“I will never get my father back”: How the neurotoxic U.S. Army antimalarial drug tafenoquine destroyed the lives of countless Australian service families

It’s not fair on them, to grow up and have a parent have to go through this. I’ve destroyed not just my life. Everyone around me really. All for the sake of some trial drug I was made to take.

Mr Aaron King, Australian Army “Study 033” tafenoquine trial subject

THIS post highlights the devastating impact that tafenoquine has had on hundreds of the families of soldiers who where subjected to the notorious Australian Army Malaria Institute (AMI) drug trials in Bougainville and East Timor at the turn of the century.

Aaron King was one of 492 tafenoquine subjects in the AMI Study 033, involving a total of 654 soldiers from the 1st Battalion, the Royal Australian Regiment (1 RAR) while deployed on peacekeeping duties in East Timor in 2000-2001. Prior to the deployment, the soldiers were given “loading doses” of 600 mg tafenoquine, then 200 mg weekly for the rest of their seven month deployment. Despite the experiences of Aaron and many of his fellow soldiers, the trial report eventually published in 2010 did not include a single severe neuropsychiatric event report. For this and other reasons, the published report is believed to be fraudulent.

This was one of a series of tafenoquine drug trials undertaken by the Australian Defence Forces as part of a commercial agreement with the pharmaceutical industry which a former Director of the U.S. Walter Reed Army Institute of Research (WRAIR) conceded was “naive” and “desperate.” Tafenoquine is a product of the same WRAIR antimalarial drug discovery program as mefloquine. Both drugs are known to be neurotoxic. Despite the concerns of hundreds of the drug trial subjects like Aaron, the U.S. Army Medical Materiel Development Activity (USAMMDA) continued to commercialize the drug, in a contract with 60 Degrees Pharmaceuticals worth $18+ million, until in 2018 it was granted regulatory approval as Arakoda® in the U.S. and Kodatef® in Australia.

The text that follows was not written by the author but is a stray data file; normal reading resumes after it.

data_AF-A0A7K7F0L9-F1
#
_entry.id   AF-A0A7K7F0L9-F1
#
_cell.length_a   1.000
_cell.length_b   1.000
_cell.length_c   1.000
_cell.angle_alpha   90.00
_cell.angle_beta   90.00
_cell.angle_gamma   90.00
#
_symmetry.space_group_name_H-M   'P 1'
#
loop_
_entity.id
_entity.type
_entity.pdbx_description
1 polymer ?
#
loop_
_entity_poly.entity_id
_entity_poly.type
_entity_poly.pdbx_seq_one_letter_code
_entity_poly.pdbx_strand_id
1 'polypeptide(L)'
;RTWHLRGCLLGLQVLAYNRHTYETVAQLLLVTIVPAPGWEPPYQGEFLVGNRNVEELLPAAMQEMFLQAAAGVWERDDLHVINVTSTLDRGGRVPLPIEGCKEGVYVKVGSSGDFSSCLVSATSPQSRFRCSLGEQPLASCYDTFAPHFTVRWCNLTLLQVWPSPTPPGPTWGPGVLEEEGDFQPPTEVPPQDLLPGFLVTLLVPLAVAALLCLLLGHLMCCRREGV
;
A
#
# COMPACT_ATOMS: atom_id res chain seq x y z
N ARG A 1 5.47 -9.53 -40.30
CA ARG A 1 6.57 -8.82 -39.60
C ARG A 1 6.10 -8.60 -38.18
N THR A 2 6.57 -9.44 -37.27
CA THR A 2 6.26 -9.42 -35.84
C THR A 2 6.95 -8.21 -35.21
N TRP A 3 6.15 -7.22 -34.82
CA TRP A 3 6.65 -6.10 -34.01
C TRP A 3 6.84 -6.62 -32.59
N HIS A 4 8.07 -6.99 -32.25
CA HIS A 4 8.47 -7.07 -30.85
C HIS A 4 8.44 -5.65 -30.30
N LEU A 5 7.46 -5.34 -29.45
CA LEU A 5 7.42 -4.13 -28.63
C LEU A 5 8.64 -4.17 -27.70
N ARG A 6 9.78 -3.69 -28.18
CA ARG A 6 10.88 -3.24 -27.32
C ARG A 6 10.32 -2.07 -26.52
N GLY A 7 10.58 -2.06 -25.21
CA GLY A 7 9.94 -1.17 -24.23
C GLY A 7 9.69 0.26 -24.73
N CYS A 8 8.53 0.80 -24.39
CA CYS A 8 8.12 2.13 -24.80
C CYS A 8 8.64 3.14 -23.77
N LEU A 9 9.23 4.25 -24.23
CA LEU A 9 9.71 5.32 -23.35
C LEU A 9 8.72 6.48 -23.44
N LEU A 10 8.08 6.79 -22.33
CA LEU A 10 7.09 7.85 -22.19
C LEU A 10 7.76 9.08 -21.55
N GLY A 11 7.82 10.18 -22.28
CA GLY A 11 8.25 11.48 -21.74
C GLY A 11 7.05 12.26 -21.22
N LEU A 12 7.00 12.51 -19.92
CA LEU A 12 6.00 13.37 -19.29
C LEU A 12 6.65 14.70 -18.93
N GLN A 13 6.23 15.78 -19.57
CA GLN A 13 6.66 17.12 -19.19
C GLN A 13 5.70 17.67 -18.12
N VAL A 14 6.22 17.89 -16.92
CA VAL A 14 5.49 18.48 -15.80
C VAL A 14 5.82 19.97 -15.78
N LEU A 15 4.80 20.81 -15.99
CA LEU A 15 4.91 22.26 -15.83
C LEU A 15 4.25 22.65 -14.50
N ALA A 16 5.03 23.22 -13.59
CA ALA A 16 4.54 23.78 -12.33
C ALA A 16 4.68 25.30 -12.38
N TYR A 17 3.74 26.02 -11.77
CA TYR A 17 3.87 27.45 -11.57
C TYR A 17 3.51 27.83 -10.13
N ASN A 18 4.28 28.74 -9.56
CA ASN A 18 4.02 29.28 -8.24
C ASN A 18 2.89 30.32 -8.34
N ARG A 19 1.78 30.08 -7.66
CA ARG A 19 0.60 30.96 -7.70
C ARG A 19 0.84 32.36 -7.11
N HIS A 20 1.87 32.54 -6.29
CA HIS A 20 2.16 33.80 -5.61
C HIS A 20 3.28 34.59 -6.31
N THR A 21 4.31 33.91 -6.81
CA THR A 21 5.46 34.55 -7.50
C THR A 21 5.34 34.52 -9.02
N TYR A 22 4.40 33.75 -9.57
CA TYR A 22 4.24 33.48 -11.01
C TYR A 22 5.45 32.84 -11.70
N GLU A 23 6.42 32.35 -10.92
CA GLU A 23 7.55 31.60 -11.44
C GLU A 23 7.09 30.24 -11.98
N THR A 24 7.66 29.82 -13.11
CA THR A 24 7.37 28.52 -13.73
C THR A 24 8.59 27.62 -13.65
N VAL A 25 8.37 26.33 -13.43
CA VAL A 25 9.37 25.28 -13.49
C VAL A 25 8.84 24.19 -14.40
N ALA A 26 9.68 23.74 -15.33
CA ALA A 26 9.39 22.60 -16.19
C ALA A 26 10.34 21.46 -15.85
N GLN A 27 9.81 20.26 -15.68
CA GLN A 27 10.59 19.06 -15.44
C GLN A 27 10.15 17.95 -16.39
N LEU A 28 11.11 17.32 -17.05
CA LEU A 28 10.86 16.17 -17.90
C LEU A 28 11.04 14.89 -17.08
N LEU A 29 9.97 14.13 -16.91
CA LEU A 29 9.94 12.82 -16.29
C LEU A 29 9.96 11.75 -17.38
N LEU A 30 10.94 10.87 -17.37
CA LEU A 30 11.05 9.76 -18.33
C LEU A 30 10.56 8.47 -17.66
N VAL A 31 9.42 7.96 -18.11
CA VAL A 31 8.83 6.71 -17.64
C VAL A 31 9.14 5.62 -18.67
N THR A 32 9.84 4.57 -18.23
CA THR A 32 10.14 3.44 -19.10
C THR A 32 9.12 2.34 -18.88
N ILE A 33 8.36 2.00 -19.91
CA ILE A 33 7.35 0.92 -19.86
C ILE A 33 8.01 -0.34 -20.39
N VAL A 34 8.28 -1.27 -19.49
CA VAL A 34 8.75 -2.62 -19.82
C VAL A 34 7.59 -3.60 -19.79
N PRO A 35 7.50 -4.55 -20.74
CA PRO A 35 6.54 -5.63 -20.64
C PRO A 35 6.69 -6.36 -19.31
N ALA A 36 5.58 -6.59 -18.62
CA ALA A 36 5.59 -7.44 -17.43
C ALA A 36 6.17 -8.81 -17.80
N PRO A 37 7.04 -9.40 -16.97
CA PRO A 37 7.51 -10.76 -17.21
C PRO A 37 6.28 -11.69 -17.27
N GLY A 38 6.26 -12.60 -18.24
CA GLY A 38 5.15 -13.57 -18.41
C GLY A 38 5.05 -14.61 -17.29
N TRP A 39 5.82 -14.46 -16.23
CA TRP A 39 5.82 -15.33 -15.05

During last year’s Australian Senate Inquiry into the AMI drug trials, more than 100 written submissions were made by the participants or their families, while dozens testified in person at hearings held across the country. Below is the full written submission from Aaron’s daughter, Ms Angela King. Mrs Raelene King’s written submission is here and a transcript of her oral testimony is here. Included below is a video she made while preparing her written submission.

My name is Angela King,

I am writing to you about my Father Aaron King who was given Tafenoquine.

As a young girl growing up I had a great life. I loved going to the park and kicking the soccer ball with my dad. My dad was always there to read me stories before bed, help me with my homework and on certain nights we would have a game of Yahtzee.

I remember my dad joining the army, it had always been his dream and he used to talk it about with so much pride. I remember him loving his job, he wasn’t home much but when he was he always had time for me.

Things changed when he came back from East Timor in 2001. My dad left to go overseas to fight for our country and never came back.

What did come back was the shell of him, but he wasn’t inside, he wasn’t my dad. 

It wasn’t until 2017 that I leant he was given a drug called Tafenoquine and after reading about it, everything that was happening with my dad made sense. This wasn’t PTSD, this was poison.

I might have only been 6, but I remember like it was yesterday. My father turned to alcohol to cope, he was rarely home and this affected me deeply.